The most important thing is to make sure you use the right adhesive.

It’s also important that you get the correct product for the job, so make sure you choose an adhesive which is specifically designed for laying tiles on your chosen surface. 

If you have any doubts about what type of adhesive would be best for your patio flooring project, speak to one of our experts who will be happy to help and advise on which product would work best in your situation.

Beat the heat and add a refreshing touch to your patio with a mister system. Our step-by-step guide on setting up a patio mister provides you with all the information you need to create a cool and comfortable outdoor oasis.

Create Setting Beds In The Mortar To Lay Down Tiles

When it comes to laying your patio tiles, you’ll want to make sure that the mortar is spread out evenly and flatly. 

To do this, use a trowel and level to spread the mortar in an even layer across the ground. Once it’s ready, place your tile on top of it but not too close! The tiles should be spaced about 2 inches apart from each other so that there is room between them for mortar.

Cut Tiles To Size

To get the job done, you’ll need to cut all of your tiles to size before laying them.

There are a few different ways of doing this and it really depends on the type of tile you’ve chosen, and what kind of look/feel you are going for. In general though, there are four main methods:

Tile saw – these can be used for either wet or dry cutting. A wet saw uses water while a dry saw doesn’t use any water at all. 

The difference between these two types is that wet saws can cut faster because they don’t have to heat up as much as dry ones do! Wet saws also let out dust which means less mess for you in the long run (and less chance of inhaling dangerous particles). 

Tile nipper – these aren’t always used by professionals but they’re great if you’re just looking for something quick and easy! They cut straight lines so if this is what your project calls for then definitely go with this option 🙂

Wet tile saw
Tile cutter
Score-and-snap tile cutter
Tile nippers
Oscillating multi-tool

Keep Your Lines Straight

There are many ways to make sure your lines are straight and even, but the most important thing is that you choose one method and stick with it. 

If you’re using a laser level, for example, make sure that all of your tiles are laid out on top of their mats in exactly the same way every time so that they line up correctly when it comes time to cut them. 

Another option is to use a straight edge as a guide while laying down tiles (or even just marking them with chalk or pencil) so that every tile ends up being laid at an exact right angle to either side of it.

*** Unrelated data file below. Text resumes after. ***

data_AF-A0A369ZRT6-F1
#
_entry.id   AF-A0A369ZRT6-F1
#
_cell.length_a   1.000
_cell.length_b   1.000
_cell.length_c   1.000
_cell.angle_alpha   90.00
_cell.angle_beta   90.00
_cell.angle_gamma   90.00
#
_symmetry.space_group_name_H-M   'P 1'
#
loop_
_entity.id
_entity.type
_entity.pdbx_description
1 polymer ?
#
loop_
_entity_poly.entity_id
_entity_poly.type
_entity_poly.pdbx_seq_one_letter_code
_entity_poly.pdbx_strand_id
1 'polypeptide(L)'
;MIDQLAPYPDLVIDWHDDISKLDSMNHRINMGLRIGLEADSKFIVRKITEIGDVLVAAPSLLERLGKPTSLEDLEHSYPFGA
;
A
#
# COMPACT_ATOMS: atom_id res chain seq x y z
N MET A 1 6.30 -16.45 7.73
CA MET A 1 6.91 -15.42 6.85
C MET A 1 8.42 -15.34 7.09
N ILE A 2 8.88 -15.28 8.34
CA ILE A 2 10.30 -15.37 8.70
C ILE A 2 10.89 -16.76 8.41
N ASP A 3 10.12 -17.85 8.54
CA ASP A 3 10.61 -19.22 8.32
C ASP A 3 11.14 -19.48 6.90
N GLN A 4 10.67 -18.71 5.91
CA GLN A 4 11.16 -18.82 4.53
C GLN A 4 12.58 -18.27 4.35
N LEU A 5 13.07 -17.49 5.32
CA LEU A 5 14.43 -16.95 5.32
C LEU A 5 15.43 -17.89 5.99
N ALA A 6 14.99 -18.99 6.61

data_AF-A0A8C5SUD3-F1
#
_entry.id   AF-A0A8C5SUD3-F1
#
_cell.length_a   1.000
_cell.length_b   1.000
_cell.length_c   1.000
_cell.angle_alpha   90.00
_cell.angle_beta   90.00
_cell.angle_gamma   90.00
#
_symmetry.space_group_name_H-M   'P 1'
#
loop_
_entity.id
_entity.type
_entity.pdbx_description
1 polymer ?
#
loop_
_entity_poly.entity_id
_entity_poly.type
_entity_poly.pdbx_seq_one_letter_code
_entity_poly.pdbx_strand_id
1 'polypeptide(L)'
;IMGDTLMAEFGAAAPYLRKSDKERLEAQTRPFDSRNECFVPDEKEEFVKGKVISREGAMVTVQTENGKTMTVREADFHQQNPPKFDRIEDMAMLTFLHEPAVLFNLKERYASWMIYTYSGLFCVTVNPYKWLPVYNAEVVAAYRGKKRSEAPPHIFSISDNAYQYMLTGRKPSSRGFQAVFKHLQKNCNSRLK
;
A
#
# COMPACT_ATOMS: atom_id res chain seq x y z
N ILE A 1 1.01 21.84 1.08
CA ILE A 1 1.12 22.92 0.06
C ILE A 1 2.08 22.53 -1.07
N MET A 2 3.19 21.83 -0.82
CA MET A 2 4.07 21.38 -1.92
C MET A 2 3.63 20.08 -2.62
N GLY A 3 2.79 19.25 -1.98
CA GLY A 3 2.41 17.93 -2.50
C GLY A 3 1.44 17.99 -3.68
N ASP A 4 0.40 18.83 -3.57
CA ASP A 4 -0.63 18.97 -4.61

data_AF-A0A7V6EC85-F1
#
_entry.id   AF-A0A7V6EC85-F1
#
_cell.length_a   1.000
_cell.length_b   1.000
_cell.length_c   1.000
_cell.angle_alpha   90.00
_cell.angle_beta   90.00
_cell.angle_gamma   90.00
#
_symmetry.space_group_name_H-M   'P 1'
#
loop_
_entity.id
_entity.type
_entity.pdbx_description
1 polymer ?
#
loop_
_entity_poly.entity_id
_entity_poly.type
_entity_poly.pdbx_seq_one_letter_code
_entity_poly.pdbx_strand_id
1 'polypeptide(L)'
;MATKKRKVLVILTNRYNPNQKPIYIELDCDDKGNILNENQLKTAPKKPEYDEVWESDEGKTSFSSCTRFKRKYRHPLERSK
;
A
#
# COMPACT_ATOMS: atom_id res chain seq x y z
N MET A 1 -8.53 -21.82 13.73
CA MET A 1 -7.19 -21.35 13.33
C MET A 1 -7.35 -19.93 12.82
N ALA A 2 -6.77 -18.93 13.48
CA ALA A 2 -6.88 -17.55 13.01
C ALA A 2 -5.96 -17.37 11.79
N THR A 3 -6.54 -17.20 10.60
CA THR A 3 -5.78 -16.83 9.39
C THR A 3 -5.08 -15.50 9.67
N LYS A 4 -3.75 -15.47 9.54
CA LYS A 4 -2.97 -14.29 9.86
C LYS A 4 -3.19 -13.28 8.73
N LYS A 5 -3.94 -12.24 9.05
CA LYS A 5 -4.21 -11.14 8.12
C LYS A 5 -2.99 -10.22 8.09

If this sounds like too much work for you and/or if you don’t want anyone else seeing how messy your patio flooring project is getting, consider hiring someone else!

Installing a patio door on concrete can seem daunting, but it doesn’t have to be. Our easy-way guide on installing a patio door on concrete walks you through the process, ensuring a secure and seamless transition between your indoor and outdoor spaces.

Keep Tiles In Place As You Lay Them Down

When laying the tile, you want to make sure that it stays in place while you are working with another tile. 

You can use spacers to hold tiles in place as you lay them down on the floor. If your tiles are a different size than those around them, then you may need to use a saw or chisel to cut them down.

You can also use special tools called wet saws when laying your patio floor tiles. These tools will cut through all types of materials quickly and easily without creating any mess or waste material.

Interlocking design
Self-adhesive backing
Snap-together mechanism
Tongue-and-groove system
Peel-and-stick technology

Grout And Seal To Protect

Make sure to use the right sealant for your floor tiles. There are many different types of sealants on the market, each with its own unique qualities. 

For example, some sealants will last longer than others and some can withstand more wear and tear.

Try to find a durable sealant that will protect your floor from water damage. This will not only help keep it looking nice but also prevent any cracks from forming through years of exposure in your patio or garden area.

When applying the tile grout and sealing, use a sponge to apply an even coat over all joints between tiles so that no gaps remain uncovered by grout or sealant when installed correctly

Add Small Pieces As You Need To

Now that you have your patio floor tile installed, it’s time to add grout! If your tiles have a square edge (the square edge is the flat side that was against the wall) and they are not rounded on any edges, use a grout float to spread out the grout.